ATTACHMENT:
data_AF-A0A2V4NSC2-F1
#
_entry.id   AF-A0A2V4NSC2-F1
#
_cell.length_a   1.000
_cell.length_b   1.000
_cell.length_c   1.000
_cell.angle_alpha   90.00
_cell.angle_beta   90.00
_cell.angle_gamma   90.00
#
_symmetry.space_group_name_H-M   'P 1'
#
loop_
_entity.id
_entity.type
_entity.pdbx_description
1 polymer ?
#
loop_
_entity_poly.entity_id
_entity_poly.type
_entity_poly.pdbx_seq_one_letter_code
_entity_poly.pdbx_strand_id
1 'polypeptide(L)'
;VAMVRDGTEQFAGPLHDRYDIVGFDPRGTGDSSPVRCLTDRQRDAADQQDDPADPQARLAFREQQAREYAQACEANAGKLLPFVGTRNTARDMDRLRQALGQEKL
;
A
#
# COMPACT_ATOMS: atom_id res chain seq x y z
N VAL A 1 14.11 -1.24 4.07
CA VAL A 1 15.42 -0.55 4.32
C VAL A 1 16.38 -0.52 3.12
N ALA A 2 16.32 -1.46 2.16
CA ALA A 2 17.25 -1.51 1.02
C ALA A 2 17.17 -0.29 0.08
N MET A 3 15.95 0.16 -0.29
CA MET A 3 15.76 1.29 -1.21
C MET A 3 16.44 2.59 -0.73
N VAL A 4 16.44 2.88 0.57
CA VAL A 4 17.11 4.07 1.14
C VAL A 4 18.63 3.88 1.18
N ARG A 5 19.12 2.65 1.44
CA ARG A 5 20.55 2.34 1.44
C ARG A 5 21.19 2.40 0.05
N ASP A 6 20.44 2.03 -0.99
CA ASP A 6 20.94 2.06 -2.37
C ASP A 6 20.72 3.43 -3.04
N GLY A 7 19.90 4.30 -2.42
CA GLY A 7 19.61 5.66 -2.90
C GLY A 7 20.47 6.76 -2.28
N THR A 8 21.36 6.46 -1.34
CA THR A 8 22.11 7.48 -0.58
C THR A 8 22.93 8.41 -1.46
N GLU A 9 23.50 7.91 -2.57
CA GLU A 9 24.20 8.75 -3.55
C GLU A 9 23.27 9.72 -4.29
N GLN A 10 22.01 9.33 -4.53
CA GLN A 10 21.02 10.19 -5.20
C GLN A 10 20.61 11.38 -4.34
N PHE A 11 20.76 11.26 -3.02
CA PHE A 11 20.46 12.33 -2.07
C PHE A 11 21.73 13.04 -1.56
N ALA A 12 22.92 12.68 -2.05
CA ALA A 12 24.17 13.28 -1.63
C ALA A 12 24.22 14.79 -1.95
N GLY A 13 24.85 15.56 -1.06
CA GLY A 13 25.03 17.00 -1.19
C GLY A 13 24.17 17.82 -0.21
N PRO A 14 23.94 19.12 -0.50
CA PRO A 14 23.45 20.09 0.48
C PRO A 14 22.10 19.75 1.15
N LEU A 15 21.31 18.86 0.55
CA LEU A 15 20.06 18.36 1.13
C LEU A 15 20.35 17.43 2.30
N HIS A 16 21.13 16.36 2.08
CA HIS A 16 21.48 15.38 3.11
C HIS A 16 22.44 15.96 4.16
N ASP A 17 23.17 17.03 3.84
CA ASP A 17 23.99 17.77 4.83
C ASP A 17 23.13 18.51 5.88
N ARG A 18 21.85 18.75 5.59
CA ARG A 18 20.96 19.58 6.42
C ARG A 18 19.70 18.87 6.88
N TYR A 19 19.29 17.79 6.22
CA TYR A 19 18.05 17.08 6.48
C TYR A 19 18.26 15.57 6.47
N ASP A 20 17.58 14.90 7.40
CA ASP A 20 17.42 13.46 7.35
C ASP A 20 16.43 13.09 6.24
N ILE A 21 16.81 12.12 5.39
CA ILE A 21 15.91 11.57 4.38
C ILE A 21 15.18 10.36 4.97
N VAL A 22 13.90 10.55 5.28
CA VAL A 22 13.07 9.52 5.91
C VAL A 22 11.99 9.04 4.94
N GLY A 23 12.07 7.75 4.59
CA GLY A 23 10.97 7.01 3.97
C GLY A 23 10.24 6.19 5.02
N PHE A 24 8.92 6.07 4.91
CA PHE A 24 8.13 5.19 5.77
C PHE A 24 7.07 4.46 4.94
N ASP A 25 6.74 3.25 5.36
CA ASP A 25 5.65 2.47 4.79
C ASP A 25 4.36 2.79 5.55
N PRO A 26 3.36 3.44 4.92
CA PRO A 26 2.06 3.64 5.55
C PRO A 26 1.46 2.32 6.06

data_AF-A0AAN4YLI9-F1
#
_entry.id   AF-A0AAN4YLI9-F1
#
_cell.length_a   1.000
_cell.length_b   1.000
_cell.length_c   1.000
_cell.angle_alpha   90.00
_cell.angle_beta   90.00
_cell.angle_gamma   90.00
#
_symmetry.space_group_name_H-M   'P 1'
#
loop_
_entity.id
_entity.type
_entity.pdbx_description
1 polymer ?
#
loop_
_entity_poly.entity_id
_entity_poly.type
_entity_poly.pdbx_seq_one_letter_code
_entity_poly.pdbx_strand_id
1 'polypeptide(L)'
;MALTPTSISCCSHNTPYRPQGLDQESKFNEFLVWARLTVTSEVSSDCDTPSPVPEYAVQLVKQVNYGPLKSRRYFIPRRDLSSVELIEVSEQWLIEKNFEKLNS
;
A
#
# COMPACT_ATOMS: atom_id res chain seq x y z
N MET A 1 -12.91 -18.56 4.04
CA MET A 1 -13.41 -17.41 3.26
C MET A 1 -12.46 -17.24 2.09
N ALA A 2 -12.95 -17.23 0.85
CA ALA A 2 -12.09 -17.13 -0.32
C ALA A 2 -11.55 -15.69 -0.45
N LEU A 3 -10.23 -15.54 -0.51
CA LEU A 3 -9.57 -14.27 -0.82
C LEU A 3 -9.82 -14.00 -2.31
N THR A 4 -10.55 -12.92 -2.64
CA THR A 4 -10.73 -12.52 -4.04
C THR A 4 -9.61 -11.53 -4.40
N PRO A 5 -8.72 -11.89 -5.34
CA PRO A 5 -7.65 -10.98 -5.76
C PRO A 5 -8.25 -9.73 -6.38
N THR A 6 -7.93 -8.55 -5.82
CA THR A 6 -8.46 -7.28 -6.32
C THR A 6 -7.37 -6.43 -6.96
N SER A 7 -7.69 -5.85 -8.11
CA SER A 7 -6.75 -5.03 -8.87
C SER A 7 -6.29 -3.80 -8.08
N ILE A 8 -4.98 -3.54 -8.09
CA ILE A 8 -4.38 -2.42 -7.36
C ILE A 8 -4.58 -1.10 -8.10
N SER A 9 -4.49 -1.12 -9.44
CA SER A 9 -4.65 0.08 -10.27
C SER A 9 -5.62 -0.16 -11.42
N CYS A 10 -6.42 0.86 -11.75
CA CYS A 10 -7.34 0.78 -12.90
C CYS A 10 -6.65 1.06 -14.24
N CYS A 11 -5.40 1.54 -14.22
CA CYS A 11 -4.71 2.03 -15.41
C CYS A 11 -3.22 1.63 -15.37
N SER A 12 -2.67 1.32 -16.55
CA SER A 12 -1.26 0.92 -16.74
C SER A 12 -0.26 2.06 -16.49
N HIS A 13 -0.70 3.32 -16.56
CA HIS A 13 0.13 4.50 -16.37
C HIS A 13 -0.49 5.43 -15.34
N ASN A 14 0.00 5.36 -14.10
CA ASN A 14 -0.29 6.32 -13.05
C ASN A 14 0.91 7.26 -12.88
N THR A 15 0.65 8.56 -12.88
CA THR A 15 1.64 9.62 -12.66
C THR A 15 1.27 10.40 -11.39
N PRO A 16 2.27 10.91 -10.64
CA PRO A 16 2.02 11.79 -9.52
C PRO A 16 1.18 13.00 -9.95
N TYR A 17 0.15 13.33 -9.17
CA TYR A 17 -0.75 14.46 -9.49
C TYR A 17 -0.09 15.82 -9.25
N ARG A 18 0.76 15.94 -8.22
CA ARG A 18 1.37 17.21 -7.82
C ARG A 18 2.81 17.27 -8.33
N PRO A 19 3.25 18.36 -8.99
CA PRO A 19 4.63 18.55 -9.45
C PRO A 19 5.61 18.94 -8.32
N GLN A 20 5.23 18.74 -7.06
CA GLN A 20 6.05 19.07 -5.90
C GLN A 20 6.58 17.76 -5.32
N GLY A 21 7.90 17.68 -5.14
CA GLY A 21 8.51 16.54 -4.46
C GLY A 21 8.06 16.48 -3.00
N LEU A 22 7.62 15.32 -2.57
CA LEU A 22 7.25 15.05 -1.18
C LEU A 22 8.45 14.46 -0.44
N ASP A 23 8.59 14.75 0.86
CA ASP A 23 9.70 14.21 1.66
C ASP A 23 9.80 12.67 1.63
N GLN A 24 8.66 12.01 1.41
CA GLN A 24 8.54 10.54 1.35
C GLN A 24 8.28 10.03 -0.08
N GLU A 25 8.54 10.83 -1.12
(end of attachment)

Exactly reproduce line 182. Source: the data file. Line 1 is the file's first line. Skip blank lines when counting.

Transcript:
CA THR A 15 1.64 9.62 -12.66